Daniela Gerini’s home is in the heart of Milan. Between geometry and color, fabrics and research, design and art, a creative confrontation with the history of a Thirties building in the city

In the heart of Milan, in a 1930s building with a neoclassical-monumental architectural flavor, Daniela Gerini lives in a charming apartment crowned by a spacious terrace. And from here, the successful stylist-designer with her experimental and artistic background continues to reinvent her relations with everything around her, starting by listening to the history of the place. “I like the idea of a lively and dynamic home, I like to look for things that have already acquired plenty of experience, readjusting them and featuring them in small settings and arrangements that accompany my moods. It’s another way of rediscovering the spatial, material and environmental qualities of the twentieth-century architecture that surrounds them,” she explains.

“In fact, this house has grown with me. Like the objects from different periods that I’ve accumulated in its rooms over time and that have stimulated the course of my work that began in fashion. They are all ideas and prompts to imagine new big little stories. The important thing is that wherever I look, I can find and feel my own atmosphere, energy, lightness, irony and poetry.

“The architect Vanna Brega Bolzoni, a close friend who has passed away, and with whom I also designed the atelier in via Sant’Andrea, helped me revise the period layout, the succession of many small rooms and closed interiors, turning them into open, bright and fluid spaces, leading through to the terrace that extends the living space out doors during the summer. Together, for example, we designed the very large and convivial kitchen, where there’s even room for a cozy fireplace, specially for winter evenings, a bergère, romantic suspended toys and a large dining table. Here I receive friends and guests, though the heart of the house is the large living room, where the pleasure of mingling and juxtaposing apparently dissonant pieces embraces design and contemporary art, objets trouvés and iconic furnishings.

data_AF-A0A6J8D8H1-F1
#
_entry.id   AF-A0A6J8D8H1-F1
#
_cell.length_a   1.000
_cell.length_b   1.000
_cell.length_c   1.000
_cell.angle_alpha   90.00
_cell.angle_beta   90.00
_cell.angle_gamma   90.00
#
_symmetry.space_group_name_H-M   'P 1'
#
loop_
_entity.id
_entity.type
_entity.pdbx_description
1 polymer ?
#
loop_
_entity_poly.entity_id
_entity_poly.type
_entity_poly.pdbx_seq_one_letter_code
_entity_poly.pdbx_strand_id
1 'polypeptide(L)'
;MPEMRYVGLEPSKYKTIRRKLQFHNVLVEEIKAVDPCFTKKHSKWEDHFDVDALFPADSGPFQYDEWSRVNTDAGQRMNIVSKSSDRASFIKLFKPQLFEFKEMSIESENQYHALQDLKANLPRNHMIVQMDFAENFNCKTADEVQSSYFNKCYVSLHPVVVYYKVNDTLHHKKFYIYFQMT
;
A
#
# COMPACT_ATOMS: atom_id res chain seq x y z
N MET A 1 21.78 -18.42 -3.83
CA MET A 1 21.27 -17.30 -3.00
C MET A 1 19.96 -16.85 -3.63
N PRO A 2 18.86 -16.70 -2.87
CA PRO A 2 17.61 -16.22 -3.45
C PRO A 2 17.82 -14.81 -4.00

Even the design of the internal doors were an idea we had. They’re arched in white painted iron and they use silk-screen printing on the glass parts to ‘fossilize’ the same motifs printed on the walls of the communal areas of the building, in search of other symmetries with the large squared perimetral French windows.” In the end Walt Whitman’s “I contain multitudes” and the home as a “mirror of the soul” by Mario Praz in Casa Gerini are so many overlapping layers that rewrite, with a wholly female sensibility, a sort of fresh, joyful and historiated parchment rich in details. A custom-made frame for taste, harmony and aesthetic refinement. In this way there are the colors the designer loves, blue and yellow in particular, bringing life and light to the rooms. There are her geometric, polygonal and broken forms, abstractions rather in the style of David Tremlett, graphically lining the walls; acrylic colors in strong, full shades painted on fabric or canvases that define dense paintings; the tables dressed in fabric with an immediate tactile effect, the totems finished with her beloved Abet Print.

On the other hand, the objects that are not of her own design are variegated presences that often come in pairs. Like the Murano glass chandeliers or Pierre Paulin’s original Sixties armchairs. Or, again, they are one-off pieces of a decorative kind and with a conceptual and archetypal significance that favor a deconstructed figurative quality. Like Masaniello fuori di sè by Ernesto Tatafiore, the symbol of a revolutionary figure made up of four pieces resting on the mantelpiece. Or the ceramic vases by Antonia Campi and Ettore Sottsass. These are the cultural and iconographic parameters of a house that welcomes new patterns of living in its original spaces, revealing how the quality of the interior coincides with the time of life.

“I have a passion for all kinds of artistic expression: in particular the painter Sonia Delaunay is one of my greatest inspirations. But I’m also a fan of Ettore Sottsass and Memphis. Besides fabrics, another material I really like is ceramic,” reveals Daniela Gerini. Unsurprisingly, during the recent Milan Design Week, on display at the Rossana Orlandi Gallery, at the Boschi Di Stefano Museum Home and naturally at the atelier in via Sant’Andrea, there were her recent creations in painted fabric and ceramic, materials that in her hands immediately become beauty and elegance of thought.

Project Vanna Brega Bolzoni architect with Daniela Gerini - Photos Filippo Bamberghi